THURSDAY - National Park Service Centennial
YouTube video - National Parks 100th Birthday (30 sec.)
Today is the 100th birthday for the U.S. National Park Service. President Woodrow Wilson signed the bill that created a National Parks Service on August 25, 1916. Celebrations are planned today in the national parks and entrance fees are free for the day.
In Washington, D.C., more than a thousand people are expected to show up to form a Centennial Living Arrowhead, the symbol of national parks, using brown, green and white umbrellas.
As part of its 100th birthday, the National park Service has been carrying out a promotion called, Find Your Park.
YouTube video - National Park Service, Find Your Park (1:00 min.)
Mrs. Hurdle, Miss Pam, and Mrs. Hesse were able to "Find Their Park" this past summer when they visited Yosemite and Sequoia National Parks.
They also visited, along with Mrs. Matthews and Mrs. Harrelson, Muir Woods. Muir Woods National Park is beautiful and peaceful and has many redwood trees. Redwood trees are the tallest trees in the world. Sequoia trees are the biggest around.
The teachers also visited Point Reyes National Seashore which has about 80 miles of shoreline. Being a national seashore protects the beach and the land bordering the shore from commercial development or damage, yet allows people to enjoy the seashore and its scenery.
Some national parks are not set aside for their scenery, but are preserved for their historical importance. Mrs. Hurdle and Mrs. Hesse also toured Alcatraz Island. Alcatraz is off the coast of San Francisco and once served as a famous federal prison. it was the site of the first lighthouse and first fort on our west coast.
Little Rock Central High School in Arkansas is recognized as a National Historic Site due to the role it played in the desegregation of public schools in the United States.
Other National Historic Sites in Arkansas include: President Clinton's birthplace, the Trail of Tears, and Fort Smith. Pea Ridge in Arkansas is a National Military Site. Arkansas Post is a National Memorial, and the Buffalo River is a National River. Hot Springs is the only Arkansas national park.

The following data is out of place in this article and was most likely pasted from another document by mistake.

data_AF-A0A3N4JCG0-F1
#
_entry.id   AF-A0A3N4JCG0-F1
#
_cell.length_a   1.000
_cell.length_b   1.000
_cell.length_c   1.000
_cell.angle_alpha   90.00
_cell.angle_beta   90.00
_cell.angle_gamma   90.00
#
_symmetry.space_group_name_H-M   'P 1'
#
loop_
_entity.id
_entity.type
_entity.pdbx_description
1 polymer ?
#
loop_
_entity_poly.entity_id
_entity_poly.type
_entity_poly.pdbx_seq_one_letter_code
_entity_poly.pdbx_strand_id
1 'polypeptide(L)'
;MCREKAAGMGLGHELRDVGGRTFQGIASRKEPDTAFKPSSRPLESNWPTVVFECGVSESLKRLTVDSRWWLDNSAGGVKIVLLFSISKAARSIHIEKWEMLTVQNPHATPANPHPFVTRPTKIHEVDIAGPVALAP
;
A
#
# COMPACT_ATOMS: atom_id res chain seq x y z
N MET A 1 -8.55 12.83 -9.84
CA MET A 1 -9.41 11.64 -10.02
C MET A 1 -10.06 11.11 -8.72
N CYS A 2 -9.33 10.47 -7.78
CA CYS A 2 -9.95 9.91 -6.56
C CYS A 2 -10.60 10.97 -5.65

The National Park Service is made up of more than 20,000 men and women. These men and women care for our nation’s special places and share the stories of those places with more than 275 million visitors each year.
Click the photo below for a introductory video on the National Park Service (1:25 min.)
Click below for a slide show of beautiful photos from our national parks.
YouTube video - National Parks: a tribute [a quick look at each of the 59 top tier national parks] (25:10 min.)
Bierstadt - Yosemite Valley
Art has been part of the history of national parks since the 1870s when Hudson River School painters captured majestic Western landscapes. Through their awe-inspiring works, the public came to see these special places in America for the first time.
The works captured their imaginations, spurring them to preserve these lands for future generations.
The national parks sponsor artists-in-residence programs which encourage the creation of visual arts and also other art forms, such as poetry and music.
These are some artworks created by artists-in-residence artists.
YouTube video - In These Parks,Written and performed by spoken word poet Trey Amos (2:19 min.)
YouTube video - 100 Years of Arts in the Parks (3:59 min.)